Groups With a Higher Risk of Nerve Damage

4 minutes read

Nerve damage can affect anyone at any time, but some groups of people have a high risk of developing nerve damage. At-risk populations can lower the risks of potential nerve damage by making healthy lifestyle choices, managing underlying health conditions and—after consulting with your doctor—taking supplements to replenish neurotropic B vitamins and nutrients if necessary.

Read on to find out if you could have a high risk of Nerve Damage.

In this article:
Groups With a Higher Risk of Nerve Damage

People With Diabetes 1

You may not be aware that the most common cause of Nerve Damage is diabetes—up to 50% of people with diabetes develop nerve damage. One of the reasons for this is that diabetes is often associated with high levels of blood sugar, which in turn can lead to nerve damage. 

Blood sugar control is important for preventing nerve damage, but it’s also important to be aware that metformin—a common diabetes medication—can contribute to vitamin B deficiency, which is another known cause of nerve damage. Vitamin B deficiency can be treated with a vitamin B complex Neurobion Forte.  

Another source of risk for people with diabetes is the high level of oxidative stress that the condition can cause. This may damage the small blood vessels that supply oxygen and nutrients to the nerves. 

Other risk factors for nerve damage in diabetic patients include smoking, alcohol use and age—diabetics aged 40 and over have a higher risk of developing neuropathy. 

Seniors 3

Studies show that Nerve Damage is more frequent in aged populations. Although the reasons for this can be multiple and still not fully understood, one factor may be that—for a variety of possible reasons—the ability to absorb vitamins can decline with age. This may be one of the reasons why elderly people have more chances of B12, B6 and B3 vitamin deficiencies. As these vitamins are essential for the health of the nervous system, deficiency can lead to nerve impairments.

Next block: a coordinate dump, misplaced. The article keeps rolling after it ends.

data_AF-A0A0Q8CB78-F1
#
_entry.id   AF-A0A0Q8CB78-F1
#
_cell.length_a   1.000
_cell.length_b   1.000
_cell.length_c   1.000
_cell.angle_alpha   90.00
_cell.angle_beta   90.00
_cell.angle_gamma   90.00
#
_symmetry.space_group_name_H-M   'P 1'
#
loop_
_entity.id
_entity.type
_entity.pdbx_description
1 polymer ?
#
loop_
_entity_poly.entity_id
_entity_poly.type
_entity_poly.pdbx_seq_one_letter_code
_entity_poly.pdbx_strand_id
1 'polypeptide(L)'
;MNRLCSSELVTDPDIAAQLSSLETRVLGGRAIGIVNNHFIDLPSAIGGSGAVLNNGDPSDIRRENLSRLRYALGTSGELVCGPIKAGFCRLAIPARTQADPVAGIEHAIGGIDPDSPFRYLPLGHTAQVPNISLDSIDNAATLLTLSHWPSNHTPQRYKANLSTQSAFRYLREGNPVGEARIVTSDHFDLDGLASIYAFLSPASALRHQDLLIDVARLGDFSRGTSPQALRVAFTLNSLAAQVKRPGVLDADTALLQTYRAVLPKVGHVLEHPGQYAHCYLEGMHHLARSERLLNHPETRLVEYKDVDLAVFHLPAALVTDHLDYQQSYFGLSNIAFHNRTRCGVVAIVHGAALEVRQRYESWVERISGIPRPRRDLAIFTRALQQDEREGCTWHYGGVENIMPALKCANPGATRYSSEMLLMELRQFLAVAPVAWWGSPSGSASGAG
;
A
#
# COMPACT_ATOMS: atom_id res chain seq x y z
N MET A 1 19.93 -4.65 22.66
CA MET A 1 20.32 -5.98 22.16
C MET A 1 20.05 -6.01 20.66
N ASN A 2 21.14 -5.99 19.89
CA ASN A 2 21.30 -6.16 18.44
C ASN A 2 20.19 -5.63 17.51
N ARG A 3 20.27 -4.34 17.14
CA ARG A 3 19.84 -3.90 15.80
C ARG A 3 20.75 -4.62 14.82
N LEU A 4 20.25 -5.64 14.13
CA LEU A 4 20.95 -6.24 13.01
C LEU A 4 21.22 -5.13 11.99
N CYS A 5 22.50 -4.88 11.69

People With Special Diets 34

Special diets or malnutrition can lead to deficiencies in essential vitamins such as the neurotropic B vitamins, which play a very important role in nerve health. For example, people who follow a vegetarian or vegan diet may have a higher risk of B12 vitamin deficiency, which has been reported to cause Nerve Damage. If you are unable to get enough vitamin B or any other vitamins from your diet, supplements may be one way of helping to repair the nerve damage and protect against further damage.  

People With Alcohol Use 35

Consuming excessive amounts of alcohol (alcohol abuse) negatively affects your health, including nerves, because alcohol can have a toxic effect on your nerve tissue. Additionally, heavy drinking is often associated with malnutrition and nutrient deficiencies, including B12, B3 and B6. In other words, drinking too much can lower your neurotropic B vitamins levels. People with alcoholic neuropathy may be able to relieve their current symptoms and protect against further damage by stopping drinking and supplementing their diet with B vitamins.   

Smokers 367

Are you a smoker? Be careful. Smoking narrows and hardens your arteries, reducing blood flow to your legs and feet and may also be associated with a high risk of nerve damage. 

Other Higher-Risk Groups 3

The list above only covers the main groups with an elevated risk of developing Nerve Damage. There are many other factors associated with a higher risk of nerve impairment, including: 

  • Chronic liver or kidney disease 

  • Autoimmune diseases such as rheumatoid arthritis 

  • An underactive thyroid gland 

  • Prolonged exposure to toxic substances 

  • Certain medicines and medical treatments 

  • Physical injury 

  • Some inherited (genetic) health conditions 

In Short 9

Nerve health is important for everyone, but if you’re in one of the groups with a higher risk of Nerve Damage, it’s even more vital to take care of your nerves. If you do notice any nerve damage symptoms, such as tingling or numbness in the hands or feet, see your doctor straight away for a diagnosis and early treatment to ensure the best possible outcome and quality of life. 

Article Sources

¹ U.S. Department of Health and Human Services (2018). Diabetic neuropathy. National Institute of Diabetes and Digestive and Kidney Diseases. Retrieved March 10, 2022, from

² Malik, R. A., Andag‐Silva, A., Dejthevaporn, C., Hakim, M., Koh, J. S., Pinzon, R., ... & Wong, K. S. (2020). Diagnosing peripheral neuropathy in South‐East Asia: a focus on diabetic neuropathy. Journal of diabetes investigation, 11(5), 1097-1103.

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⁶ Clair, C., Cohen, M. J., Eichler, F., Selby, K. J., & Rigotti, N. A. (2015). The effect of cigarette smoking on diabetic peripheral neuropathy: a systematic review and meta-analysis. Journal of general internal medicine, 30(8), 1193-1203.

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⁹ Calderón‐Ospina, C. A., & Nava‐Mesa, M. O. (2020). B Vitamins in the nervous system: Current knowledge of the biochemical modes of action and synergies of thiamine, pyridoxine, and cobalamin. CNS neuroscience & therapeutics, 26(1), 5-13.

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